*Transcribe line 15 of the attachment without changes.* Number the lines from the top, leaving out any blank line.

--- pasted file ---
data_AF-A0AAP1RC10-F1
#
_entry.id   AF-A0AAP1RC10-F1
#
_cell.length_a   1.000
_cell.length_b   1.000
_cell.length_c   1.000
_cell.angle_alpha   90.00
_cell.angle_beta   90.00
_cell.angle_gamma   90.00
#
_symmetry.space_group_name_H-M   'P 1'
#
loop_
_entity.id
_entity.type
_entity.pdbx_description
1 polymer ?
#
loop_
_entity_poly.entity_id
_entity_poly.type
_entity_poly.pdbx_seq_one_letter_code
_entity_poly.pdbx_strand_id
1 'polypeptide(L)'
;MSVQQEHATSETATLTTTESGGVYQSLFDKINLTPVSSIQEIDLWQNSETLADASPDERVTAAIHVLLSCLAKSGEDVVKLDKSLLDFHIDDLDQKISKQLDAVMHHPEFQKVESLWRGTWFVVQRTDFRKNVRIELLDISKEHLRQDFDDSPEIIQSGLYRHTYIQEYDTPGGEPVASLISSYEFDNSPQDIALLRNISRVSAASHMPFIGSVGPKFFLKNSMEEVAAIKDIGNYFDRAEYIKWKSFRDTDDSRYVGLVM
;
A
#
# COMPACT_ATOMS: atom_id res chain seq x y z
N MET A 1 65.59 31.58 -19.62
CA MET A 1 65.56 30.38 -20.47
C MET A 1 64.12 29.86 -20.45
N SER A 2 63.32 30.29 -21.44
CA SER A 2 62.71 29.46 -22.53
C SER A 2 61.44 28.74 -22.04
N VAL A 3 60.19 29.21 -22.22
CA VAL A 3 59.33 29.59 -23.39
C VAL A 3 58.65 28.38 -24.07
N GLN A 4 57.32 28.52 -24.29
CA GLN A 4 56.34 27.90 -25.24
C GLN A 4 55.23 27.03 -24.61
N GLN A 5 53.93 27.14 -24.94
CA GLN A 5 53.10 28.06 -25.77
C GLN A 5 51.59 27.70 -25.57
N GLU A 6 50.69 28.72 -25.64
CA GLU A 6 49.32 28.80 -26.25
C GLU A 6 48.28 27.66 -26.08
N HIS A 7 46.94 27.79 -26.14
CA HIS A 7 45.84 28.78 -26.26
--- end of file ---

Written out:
_entity.id